Hello Dale. Do you think the single file structure is contributing to this problem? It seems to happen even when there is only one person in the database. Also, this application is 14 years old and this behavior just started this week
Fabrice Lambert

Today, people can connect to the network with wireless connection, wich is a major source of troubles (and corruption).
Splitting the database will keep the data safe.
Dale Fye

First step, split the database and give each user their own copy of the FE.  This will result in smaller FE and BE files.  

Then, if the BE file is still over 1 GB, I would split that into two or more back-end files.  The problem with this scenario is that if you have relationships defined, as you should to prevent orphaned records, you need to make sure that you keep the tables with related records in the same back-end.  For example, you might put all of the HR related tables in one back-end, Accounting tables in another BE, etc.  If you do this, you will then have to relink those tables from the new BE into the FE.  Make sure you use the full network path in the connection string to the back-end rather than the drive name.
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Jim Dettman (EE MVE)

Personally I would not change anything right off.

A split design is the best for a number of reasons, but if you haven't had issues to this point and all of a sudden are, then the answer is most likely not with splitting, so you are making a change that potentially could introduce new problems.

Get the corruption issue sorted out first, then split after that.

Jim.
Dale Fye

on second thought, I would agree with Jim regarding turning off leasing as the first priority.

Getting that done may resolve the corruption problem.  But even if it does, you still need to split the database and give everyone their own copy of the FE.
Davisro

ASKER
Fabrice: re wireless connections. We have considered that and have asked users to not disconnect from their docking stations (which then connects wirelessly) with the database open.

Dale/Jim: Thanks for your comments. And thanks for explaining the issue of keeping related tables in the same database. This is good to know. One question that someone raised that I don't know the answer to, is that if you split the database, what is the difference between everyone using the same front end and everyone having their own front end? Thx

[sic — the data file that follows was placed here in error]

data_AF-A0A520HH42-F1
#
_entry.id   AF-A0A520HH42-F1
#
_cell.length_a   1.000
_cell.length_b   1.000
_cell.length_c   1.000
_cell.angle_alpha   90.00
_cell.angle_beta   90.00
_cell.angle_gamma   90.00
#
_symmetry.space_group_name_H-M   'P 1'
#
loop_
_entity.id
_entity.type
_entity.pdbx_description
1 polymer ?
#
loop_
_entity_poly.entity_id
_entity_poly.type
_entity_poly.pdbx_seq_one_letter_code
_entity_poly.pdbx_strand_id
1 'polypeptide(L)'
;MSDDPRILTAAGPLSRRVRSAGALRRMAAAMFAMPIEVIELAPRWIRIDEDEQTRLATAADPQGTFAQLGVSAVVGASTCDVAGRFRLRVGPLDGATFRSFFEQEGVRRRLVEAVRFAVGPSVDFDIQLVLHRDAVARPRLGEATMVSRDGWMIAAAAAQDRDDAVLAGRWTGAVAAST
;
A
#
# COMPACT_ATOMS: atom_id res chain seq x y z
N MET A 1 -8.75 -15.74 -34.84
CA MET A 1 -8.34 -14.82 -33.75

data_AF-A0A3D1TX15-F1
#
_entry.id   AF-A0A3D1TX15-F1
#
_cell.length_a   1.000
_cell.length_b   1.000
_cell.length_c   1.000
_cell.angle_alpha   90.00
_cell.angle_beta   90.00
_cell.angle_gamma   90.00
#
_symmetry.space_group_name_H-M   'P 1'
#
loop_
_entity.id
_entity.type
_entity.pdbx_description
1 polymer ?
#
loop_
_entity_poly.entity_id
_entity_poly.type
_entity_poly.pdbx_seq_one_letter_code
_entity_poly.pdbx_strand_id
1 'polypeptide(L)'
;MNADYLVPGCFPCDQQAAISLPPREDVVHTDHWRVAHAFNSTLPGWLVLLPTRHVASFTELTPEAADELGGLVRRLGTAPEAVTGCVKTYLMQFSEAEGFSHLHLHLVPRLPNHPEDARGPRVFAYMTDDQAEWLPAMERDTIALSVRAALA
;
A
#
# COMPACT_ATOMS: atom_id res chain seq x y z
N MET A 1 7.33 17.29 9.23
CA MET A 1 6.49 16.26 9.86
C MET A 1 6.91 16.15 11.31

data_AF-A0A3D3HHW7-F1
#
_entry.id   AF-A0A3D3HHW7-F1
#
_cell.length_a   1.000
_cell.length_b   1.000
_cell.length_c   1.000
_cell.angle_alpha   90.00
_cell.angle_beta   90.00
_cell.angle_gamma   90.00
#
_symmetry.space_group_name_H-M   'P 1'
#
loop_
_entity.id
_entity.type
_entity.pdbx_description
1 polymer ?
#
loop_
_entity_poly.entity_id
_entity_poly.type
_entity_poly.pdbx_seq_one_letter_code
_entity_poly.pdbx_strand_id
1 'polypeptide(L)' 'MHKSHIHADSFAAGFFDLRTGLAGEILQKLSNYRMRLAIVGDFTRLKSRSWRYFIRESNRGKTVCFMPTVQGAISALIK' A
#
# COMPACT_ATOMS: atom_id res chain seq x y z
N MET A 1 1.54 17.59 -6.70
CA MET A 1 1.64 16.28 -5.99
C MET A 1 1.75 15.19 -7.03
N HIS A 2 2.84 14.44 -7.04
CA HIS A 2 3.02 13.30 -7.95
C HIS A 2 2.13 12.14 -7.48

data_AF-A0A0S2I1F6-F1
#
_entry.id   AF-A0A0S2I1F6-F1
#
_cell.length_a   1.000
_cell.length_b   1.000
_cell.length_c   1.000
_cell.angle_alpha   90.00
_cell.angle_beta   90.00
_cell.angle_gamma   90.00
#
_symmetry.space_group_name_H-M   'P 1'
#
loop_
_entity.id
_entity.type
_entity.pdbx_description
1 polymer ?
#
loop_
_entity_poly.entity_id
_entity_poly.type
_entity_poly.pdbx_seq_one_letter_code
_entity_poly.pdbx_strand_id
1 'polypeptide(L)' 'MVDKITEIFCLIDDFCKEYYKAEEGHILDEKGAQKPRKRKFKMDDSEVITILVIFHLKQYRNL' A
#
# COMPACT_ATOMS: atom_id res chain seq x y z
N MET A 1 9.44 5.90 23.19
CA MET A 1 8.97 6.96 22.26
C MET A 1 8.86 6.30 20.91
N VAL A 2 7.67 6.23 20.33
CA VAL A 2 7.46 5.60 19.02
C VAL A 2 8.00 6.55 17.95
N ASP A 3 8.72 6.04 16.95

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Jim Dettman (EE MVE)

<<what is the difference between everyone using the same front end and everyone having their own front end? Thx>>

 Couple different things:

1. It allows for temp tables to be used easily without worrying about one user stepping on another.

2. Ditto for Access objects, say a querydef is modified in the running of a report.   If you don't prevent multiple users from running the report, a user could get bad data.

3. Some objects are saved automatically, and it's possible for one user to step on another.

  Outside of that, it's somewhat of a myth that users can never share a FE or it will lead to corruption.  That's not entirely true at this point.  Microsoft made a change quite some time ago where the VBA project is saved as a chunk and to modify code, you need exclusive access.

 But even with that aside, there are many cases where all users share the same copy and it works fine, but if you are not careful about development, you can have issues.

 It also cuts down on network traffic; share a copy and everything is coming over the network to your station.  Again, not as much of an issue as it once was, but still, it's not efficient.

 Last, it makes it easy to roll out changes.   You don't have to worry about the data tables when you update other things.

 So the best setup is a split DB with each user having their own copy.

Jim.
Fabrice Lambert

Fabrice: re wireless connections. We have considered that and have asked users to not disconnect from their docking stations (which then connects wirelessly) with the database open.